This medicine should not be used by a patient with a vancomycin allergy. The patient must inform their doctor if they have had any allergic reactions to this or other medicines. They should also tell them if they have other allergies, such as to animals, dyes, foods, preservatives etc.


No conclusive studies have been done to establish the relationship between age and vancomycin’s effects among children. The efficacy and safety of this medication have not been established.


To date, no studies have found geriatric-specific problems that would impact on the efficacy of vancomycin in the elderly. Elderly patients are however likely to have kidney problems, and this calls for caution or adjustments in doses for this medicine.

Additionally, to make sure vancomycin is safe, patients should tell their doctor if they have:

  • Hearing problems
  • Kidney disease
  • Intestinal disorders, e.g. ulcerative colitis, inflammatory bowel syndrome, or Crohn's disease

Is vancomycin safe for pregnant or breastfeeding mothers?

Vancomycin is classified by the FDA as a pregnancy category C medicine. This means use of vancomycin during pregnancy has not been sufficiently evaluated; it is therefore not known if vancomycin can cause harm to the unborn child. The patient must her doctor know if she is pregnant, or if she is planning to get pregnant while using this medicine. Due to lack of data on safety, vancomycin should be prescribed to pregnant mothers only when deemed absolutely necessary.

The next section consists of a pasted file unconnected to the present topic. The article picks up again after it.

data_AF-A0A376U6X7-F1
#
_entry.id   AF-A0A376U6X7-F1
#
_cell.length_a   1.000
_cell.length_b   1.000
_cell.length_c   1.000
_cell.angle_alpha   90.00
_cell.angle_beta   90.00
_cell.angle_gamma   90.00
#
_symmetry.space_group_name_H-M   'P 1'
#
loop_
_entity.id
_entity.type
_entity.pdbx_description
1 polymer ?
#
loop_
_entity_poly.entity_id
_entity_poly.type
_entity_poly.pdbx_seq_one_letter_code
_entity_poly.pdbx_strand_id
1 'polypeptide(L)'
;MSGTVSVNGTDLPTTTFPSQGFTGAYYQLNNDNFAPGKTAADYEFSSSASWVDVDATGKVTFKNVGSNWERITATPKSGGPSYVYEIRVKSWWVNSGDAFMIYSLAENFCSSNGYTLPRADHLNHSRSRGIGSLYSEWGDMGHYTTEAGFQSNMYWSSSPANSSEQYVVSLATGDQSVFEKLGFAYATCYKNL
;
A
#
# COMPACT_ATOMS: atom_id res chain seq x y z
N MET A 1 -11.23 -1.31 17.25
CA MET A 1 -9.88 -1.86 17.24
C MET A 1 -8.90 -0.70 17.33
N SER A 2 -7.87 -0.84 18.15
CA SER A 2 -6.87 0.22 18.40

When administered intravenously, vancomycin will be excreted in breast milk. When taken orally, however, vancomycin levels in the blood are not significantly high, and it’s not yet known if it is also excreted in breast milk. Because safety data is unavailable, nursing mothers are advised to take vancomycin with caution. Patients may want to weigh the potential risks of taking the drug against its potential benefits.

This medicine must no be shared with anyone. This is because it has been specifically prescribed for one patient and their current condition. Unless directed by the doctor, the patient should not use the medication later to treat another infection. It is the doctor's responsibility to determine and prescribe the right medication in each case.


Vancomycin should be stored in the refrigerator. Warm temperatures must be avoided at all times. Unused medication Should be discarded after fourteen days.


Vancomycin, when taken orally, is used for the treatment of Clostridium difficile-associated diarrhea, which results from bacterial infection in the intestines. It is also used to treat staph infections caused by certain bacteria. It works by killing, as well as suppressing the growth of more bacteria. This medicine is only used for clearing bacterial infections in the gut only, and not any other parts of the body. The intravenous form of vancomycin is used for infections in other parts.

A common side effect of taking this medicine is abdominal pain, which is fairly common, and medical attention is usually not needed. Emergency help should be sought if the patient experiences other severe side effects.

Taking vancomycin requires following certain precautions. If the patient has an allergy of any kind, or if he or she suffers from any other medical problem, they should be sure to inform their doctor. Pregnant or nursing mothers should use vancomycin with caution as no safety data on the drug is available yet. It's also vital for the patient to let the doctor know if they are currently taking other medications. This is because certain medications when used together with vancomycin may cause interactions and aggravate some side effects.

Last Reviewed:
December 24, 2017
Last Updated:
December 22, 2017